Wanted: Loving homes for three puppies who’ve already overcome incredible odds.
It all began with a muffled whine heard over rushing water.
When the pups were abandoned on Halloween night in the Rockford/Jenkinstown community, nearby homeowner Ray Floyd couldn’t bear to watch them die as they sat on a rocky outcrop at the bottom of a 70-foot cliff.
“We believe they were thrown off the bridge just up the river,” Floyd said as he caressed the pups Friday. “I went out the next morning and heard them whining and I just had to help.”
The result was a rescue by Animal Control Officer Corey Quesinberry, who braved frigid, swift-moving waters to canoe across the river and rescue the puppies.
A total of four puppies were rescued.
“We’ve done some animal rescue work in the past, and have been successful at adopting them out,” Floyd said. “These were puppies who needed someone to take care of them, nurse them back to health and find them a good home.”
Floyd agreed to keep the pups and take care of them, but unfortunately one female didn’t make it.
“The smaller female was nursed on a bottle for two weeks, but didn’t make it,” he said. “There are three now who are healthy and loving.”
The exact age of the dogs are unknown, “but they’re certainly still puppies,” Floyd said.
Since their rescue, Floyd has tended to their every need.
“We’ve given them baths and cleaned them up, they’ve been wormed twice and have been on a diet of Purina Puppy Chow,” he said.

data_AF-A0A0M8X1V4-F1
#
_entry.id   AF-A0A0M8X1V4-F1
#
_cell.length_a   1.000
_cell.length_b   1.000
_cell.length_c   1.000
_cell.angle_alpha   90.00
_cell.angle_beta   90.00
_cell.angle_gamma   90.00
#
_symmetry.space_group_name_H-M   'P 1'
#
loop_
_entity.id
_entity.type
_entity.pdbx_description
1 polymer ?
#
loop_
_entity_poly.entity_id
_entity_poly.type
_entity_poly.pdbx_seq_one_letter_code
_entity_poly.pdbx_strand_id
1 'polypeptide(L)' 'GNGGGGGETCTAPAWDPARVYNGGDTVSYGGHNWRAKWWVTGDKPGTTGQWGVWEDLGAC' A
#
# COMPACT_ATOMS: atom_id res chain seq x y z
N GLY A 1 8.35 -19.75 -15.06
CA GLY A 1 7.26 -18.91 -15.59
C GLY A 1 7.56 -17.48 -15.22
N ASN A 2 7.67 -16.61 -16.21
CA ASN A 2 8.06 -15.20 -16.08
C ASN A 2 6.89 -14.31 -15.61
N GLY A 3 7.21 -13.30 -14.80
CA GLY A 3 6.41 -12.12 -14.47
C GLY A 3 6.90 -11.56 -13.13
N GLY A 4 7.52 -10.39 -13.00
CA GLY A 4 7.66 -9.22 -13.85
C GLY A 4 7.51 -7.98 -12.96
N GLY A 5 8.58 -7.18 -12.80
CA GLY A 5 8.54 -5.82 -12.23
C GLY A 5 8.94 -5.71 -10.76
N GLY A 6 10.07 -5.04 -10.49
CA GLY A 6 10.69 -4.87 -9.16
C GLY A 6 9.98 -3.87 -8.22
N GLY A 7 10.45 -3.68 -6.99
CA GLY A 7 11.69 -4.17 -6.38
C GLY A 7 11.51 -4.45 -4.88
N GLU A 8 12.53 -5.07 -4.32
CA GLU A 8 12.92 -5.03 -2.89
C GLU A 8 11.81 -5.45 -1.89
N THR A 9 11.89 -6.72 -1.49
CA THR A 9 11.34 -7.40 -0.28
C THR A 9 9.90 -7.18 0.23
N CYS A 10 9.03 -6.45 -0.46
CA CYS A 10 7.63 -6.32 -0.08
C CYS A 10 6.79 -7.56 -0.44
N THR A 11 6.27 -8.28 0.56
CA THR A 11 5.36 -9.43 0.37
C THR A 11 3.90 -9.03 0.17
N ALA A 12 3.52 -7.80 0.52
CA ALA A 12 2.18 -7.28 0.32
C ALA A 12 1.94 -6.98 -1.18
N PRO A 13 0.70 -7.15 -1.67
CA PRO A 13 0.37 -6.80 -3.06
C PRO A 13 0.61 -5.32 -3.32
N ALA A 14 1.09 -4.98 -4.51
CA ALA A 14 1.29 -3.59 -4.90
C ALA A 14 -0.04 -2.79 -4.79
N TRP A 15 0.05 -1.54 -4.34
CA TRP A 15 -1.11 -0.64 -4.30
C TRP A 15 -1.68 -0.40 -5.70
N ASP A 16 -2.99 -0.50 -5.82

And their emotional health is vastly improved as well.
“They were scared to death of people when we got them, but now they’re loving, caring dogs that would make a family or families great pets,” he said.
Floyd isn’t seeking any money, he said.
“We just want them to go to a good home or homes where the people can afford to take care of them the way they need to be taken care of,” he said. “They’re going to need shots and have to be spayed or neutered.”
Floyd has one female and two males that he would love to see loved and cared for.
“We’d love them to go to a family who lives in a country setting or has a fenced-in yard,” he said. “The only thing we ask is we’d like the chance to do a follow-up and check on them once they’re adopted to be sure they’re being taken care of.”
“Each one has its individual personality,” Floyd added with a laugh. “The female is a little timid but very loving. One of the males is dominant. He tends to keep a watch out for the others. The other male is more of a hunter. He follows our dog around in the field. He’d be a great country dog that would love to go for walks with a loving owner.”
But the bottom line is Floyd wants the pups to live long, healthy, happy lives.
Anyone interested in adopting the three puppies can call Floyd at 374-3282.
Reach Keith Strange at email@example.com or 719-1929.